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SOUTH AFRICA: The difference AIDS makes to vulnerable children

Photo: Lucie Cluver/Oxford University
Children in AIDS-affected households were more likely to report missing school, anxiety and difficulty concentrating
JOHANNESBURG, 5 November 2010 (PlusNews) - New South African research shows that AIDS-affected children struggle with educational and mental health issues more than their peers, who are vulnerable for other reasons.

The research, which authors said was the first to measure the effects of AIDS-related illness among care-givers on children, was conducted by Oxford University and South Africa’s University of the Witwatersrand and presented at the Orphaned and Vulnerable Children (OVC) Conference in Johannesburg on 1 November.

Led by Oxford’s Lucie Cluver, the study followed 730 vulnerable children from three South African provinces – the Western and Eastern Capes as well as Gauteng – over four years.

Researchers found that having a care-giver suffering from an AIDS-related illness almost doubled the chances of a child not being enrolled in school compared with a child whose carer experienced other illnesses. Children whose care-givers were battling opportunistic infections were also more likely to miss school days and have concentration problems.

A July 2010 report by Statistics South Africa (StatsSA), estimated that AIDS-related illnesses accounted for 43 percent of all deaths in the country over the past decade.

According to StatsSA, there are two million children who have lost one or both parents due to AIDS in the country.

''I don't concentrate at school. I am worried about my mother. She looks like she is going to die like my father.''
- 12-year-old study participant
Different vulnerabilities

Cluver said the findings may point to a higher demand for care associated with AIDS-related opportunistic infections than with other illnesses.

About a third more children cared for by adults with opportunistic infections reported doing at least three hours of housework daily compared with children whose carers had other ailments.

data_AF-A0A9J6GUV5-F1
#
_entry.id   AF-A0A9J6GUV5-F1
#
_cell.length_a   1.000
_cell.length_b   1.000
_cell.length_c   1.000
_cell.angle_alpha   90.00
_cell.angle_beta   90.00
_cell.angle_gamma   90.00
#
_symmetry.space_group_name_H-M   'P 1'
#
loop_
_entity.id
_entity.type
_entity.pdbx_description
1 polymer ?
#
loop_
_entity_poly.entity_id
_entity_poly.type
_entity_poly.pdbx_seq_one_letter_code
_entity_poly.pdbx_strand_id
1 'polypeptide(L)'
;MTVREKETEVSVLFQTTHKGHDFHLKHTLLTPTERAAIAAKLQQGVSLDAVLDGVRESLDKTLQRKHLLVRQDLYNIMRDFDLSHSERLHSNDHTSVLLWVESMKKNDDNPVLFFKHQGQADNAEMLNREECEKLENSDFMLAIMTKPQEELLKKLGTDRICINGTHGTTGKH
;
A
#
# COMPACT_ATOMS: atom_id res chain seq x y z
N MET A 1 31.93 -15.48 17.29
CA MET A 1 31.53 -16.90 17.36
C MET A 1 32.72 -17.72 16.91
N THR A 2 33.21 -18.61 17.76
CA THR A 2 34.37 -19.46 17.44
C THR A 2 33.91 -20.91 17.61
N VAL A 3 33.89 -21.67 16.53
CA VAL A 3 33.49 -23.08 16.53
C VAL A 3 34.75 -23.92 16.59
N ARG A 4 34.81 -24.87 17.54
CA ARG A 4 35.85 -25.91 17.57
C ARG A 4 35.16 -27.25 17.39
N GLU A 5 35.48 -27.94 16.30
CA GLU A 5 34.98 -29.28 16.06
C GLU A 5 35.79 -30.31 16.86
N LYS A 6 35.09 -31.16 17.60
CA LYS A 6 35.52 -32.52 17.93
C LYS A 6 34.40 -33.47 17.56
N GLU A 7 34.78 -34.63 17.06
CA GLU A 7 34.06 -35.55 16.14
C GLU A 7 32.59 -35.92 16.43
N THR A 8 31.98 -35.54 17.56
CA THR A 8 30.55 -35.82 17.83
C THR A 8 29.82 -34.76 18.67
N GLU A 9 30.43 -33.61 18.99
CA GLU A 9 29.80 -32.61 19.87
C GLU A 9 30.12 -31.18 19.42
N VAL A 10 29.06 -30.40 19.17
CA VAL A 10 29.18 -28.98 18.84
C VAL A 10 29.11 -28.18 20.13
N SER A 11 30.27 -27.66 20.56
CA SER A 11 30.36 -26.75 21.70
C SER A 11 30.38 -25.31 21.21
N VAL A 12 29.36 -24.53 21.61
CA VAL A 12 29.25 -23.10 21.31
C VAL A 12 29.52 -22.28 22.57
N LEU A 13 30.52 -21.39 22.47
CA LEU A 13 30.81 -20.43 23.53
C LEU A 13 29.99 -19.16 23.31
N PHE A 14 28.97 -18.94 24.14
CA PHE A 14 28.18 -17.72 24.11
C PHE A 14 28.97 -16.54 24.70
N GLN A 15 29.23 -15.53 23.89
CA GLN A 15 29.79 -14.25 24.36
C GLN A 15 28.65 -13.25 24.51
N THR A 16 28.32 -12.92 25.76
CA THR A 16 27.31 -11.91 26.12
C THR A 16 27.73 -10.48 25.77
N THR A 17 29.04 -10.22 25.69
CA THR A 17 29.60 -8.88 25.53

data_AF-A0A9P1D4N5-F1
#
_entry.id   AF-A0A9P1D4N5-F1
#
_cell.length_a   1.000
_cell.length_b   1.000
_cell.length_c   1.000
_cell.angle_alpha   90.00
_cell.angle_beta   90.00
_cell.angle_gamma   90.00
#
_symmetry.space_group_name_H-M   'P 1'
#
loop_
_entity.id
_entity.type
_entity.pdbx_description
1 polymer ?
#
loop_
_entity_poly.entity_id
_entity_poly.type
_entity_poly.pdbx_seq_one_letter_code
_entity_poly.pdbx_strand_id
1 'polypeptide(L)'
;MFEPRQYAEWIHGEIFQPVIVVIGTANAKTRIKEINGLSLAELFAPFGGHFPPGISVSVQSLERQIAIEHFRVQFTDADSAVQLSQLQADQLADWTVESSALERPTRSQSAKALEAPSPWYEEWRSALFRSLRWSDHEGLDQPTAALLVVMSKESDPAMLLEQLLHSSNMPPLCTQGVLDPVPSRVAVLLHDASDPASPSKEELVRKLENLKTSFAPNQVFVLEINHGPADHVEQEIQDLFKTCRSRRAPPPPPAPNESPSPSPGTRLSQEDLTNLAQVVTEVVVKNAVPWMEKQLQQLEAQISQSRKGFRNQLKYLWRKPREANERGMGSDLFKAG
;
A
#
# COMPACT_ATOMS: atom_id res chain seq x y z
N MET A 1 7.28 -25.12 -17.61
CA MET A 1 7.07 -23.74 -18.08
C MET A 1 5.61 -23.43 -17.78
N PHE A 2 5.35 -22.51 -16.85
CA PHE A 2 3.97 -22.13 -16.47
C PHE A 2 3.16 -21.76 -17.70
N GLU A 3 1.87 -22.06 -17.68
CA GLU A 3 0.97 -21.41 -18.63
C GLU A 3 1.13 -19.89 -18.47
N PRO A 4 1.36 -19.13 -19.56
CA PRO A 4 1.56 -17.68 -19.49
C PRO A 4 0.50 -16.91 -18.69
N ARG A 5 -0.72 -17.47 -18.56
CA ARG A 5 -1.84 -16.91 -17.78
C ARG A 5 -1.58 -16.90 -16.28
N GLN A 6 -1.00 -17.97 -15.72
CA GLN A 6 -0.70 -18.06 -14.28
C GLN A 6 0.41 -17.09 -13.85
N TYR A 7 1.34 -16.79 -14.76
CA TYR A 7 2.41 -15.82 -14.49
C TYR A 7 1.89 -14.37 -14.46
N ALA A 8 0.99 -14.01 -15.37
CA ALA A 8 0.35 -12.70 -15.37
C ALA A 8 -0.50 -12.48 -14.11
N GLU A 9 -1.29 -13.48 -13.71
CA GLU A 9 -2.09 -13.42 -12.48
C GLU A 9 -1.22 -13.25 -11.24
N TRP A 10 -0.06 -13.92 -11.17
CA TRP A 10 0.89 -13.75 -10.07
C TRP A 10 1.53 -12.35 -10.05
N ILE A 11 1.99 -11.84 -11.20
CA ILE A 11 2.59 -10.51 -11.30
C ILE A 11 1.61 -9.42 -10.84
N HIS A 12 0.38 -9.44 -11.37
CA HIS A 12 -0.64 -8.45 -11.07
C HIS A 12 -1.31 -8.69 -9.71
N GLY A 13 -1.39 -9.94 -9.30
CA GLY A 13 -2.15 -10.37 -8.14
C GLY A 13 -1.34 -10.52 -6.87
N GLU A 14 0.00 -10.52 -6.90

“We asked children about this increased care work,” Cluver told IRIN/PlusNews. “A lot of it is what we might call intimate healthcare – they’re cleaning wounds, washing people, toileting people, they’re responsible for giving medication ... but a lot of it is also sibling care, housework...”

Big problems, small shoulders

Cluver also said that in a linked study of 850 OVCs, those whose carers had AIDS-related illnesses said they felt responsible for that person's well-being and guilty about leaving them to go to school - creating high levels of anxiety that adversely affected the children’s mental health.

“[AIDS-related] sickness is impacting on concentration both because of the care work they are doing – so the kids are worrying about what they need to do – but also through increased levels of psychological disorder… which would be issues that, in the west, would be seen by a doctor or psychologist.”

Children with a care-giver who suffered from AIDS-related illnesses had heightened levels of anxiety, depression, problems with peers and post-traumatic stress disorder, according to Cluver.

Cluver said that in addition to programmes commonly aimed at OVCs, such as feeding schemes and fee waivers, schools could respond to the needs of children in such households by offering psycho-social support or perhaps introducing flexible time-tables for children with heavy care work burdens.


Theme (s): Care/Treatment - PlusNews, Children, HIV/AIDS (PlusNews),

[This report does not necessarily reflect the views of the United Nations]

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